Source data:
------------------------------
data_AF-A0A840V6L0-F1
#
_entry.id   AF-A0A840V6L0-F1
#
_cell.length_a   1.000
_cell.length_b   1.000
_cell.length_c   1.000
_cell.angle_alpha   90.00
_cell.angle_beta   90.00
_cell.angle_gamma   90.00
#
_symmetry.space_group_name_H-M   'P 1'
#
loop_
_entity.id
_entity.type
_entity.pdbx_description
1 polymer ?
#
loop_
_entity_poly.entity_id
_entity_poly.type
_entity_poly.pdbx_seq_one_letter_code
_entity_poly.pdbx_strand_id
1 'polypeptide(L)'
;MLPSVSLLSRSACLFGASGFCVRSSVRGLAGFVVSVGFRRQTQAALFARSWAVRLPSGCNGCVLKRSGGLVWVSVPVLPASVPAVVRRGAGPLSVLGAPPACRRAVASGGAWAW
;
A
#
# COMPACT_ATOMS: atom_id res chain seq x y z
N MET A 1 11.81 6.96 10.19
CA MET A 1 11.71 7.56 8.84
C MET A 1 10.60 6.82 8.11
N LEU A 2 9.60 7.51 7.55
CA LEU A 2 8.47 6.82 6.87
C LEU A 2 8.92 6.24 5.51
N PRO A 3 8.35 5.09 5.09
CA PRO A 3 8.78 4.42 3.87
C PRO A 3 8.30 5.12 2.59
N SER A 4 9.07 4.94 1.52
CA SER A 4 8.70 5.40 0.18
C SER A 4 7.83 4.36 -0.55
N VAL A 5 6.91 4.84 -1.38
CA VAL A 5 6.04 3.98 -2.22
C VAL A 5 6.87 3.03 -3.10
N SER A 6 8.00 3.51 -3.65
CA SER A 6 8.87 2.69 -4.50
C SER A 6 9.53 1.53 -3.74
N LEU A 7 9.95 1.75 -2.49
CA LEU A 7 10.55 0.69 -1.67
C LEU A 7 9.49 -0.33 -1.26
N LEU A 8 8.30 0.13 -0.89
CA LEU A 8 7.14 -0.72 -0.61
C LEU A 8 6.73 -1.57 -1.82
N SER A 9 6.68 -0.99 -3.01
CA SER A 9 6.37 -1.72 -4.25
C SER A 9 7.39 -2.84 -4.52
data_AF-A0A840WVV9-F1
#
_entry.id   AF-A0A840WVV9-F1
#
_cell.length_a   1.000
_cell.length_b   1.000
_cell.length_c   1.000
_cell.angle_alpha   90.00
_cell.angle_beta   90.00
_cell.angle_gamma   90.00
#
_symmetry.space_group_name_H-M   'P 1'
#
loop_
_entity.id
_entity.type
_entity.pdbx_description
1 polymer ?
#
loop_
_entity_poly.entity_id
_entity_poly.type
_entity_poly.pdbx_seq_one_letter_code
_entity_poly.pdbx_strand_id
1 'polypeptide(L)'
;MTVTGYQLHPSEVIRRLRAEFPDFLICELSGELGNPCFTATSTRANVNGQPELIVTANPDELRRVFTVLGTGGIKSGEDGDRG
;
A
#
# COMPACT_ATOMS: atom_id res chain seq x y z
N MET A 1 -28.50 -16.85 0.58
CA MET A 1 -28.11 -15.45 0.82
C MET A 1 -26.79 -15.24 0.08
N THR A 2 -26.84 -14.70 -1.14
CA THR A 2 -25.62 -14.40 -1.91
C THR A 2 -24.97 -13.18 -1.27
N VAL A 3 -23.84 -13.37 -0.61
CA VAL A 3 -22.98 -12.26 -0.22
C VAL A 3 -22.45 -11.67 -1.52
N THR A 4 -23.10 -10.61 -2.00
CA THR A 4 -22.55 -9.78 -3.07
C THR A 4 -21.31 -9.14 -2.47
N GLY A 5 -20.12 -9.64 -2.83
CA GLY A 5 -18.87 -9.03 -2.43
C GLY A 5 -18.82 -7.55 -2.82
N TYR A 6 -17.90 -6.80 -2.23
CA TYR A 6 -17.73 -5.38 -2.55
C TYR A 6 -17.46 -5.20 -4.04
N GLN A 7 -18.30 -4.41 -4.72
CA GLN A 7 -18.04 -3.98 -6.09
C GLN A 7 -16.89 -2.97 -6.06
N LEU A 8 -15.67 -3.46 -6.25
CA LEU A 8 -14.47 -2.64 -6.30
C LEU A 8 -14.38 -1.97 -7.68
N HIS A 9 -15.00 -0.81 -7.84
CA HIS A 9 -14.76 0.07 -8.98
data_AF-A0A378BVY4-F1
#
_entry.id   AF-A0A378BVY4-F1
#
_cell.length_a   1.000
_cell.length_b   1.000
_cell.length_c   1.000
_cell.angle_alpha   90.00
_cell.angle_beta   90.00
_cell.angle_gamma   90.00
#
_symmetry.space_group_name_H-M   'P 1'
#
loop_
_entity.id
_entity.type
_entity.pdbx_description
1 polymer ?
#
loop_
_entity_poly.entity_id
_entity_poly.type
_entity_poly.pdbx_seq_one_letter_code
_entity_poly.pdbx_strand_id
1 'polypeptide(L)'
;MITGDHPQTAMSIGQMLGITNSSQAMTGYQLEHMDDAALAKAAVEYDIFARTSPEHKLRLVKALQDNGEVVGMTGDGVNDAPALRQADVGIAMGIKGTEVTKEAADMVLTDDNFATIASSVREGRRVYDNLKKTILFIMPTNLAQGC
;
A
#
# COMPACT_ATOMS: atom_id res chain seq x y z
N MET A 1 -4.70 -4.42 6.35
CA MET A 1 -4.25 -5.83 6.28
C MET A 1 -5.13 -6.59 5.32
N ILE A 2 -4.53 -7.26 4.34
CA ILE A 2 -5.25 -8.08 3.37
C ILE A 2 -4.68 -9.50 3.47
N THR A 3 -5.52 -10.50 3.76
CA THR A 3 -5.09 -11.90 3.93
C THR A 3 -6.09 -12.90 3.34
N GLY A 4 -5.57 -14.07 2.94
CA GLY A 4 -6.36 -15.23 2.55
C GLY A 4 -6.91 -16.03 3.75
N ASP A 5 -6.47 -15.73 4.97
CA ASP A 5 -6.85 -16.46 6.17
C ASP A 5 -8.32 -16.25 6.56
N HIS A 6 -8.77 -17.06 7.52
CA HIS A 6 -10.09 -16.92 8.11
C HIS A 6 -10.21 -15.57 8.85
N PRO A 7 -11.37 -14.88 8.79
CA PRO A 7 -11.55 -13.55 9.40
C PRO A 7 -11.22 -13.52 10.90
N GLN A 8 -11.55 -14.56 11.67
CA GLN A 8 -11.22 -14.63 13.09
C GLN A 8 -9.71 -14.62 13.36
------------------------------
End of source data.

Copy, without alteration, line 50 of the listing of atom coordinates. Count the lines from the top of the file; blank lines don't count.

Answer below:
CA LEU A 7 10.55 0.69 -1.67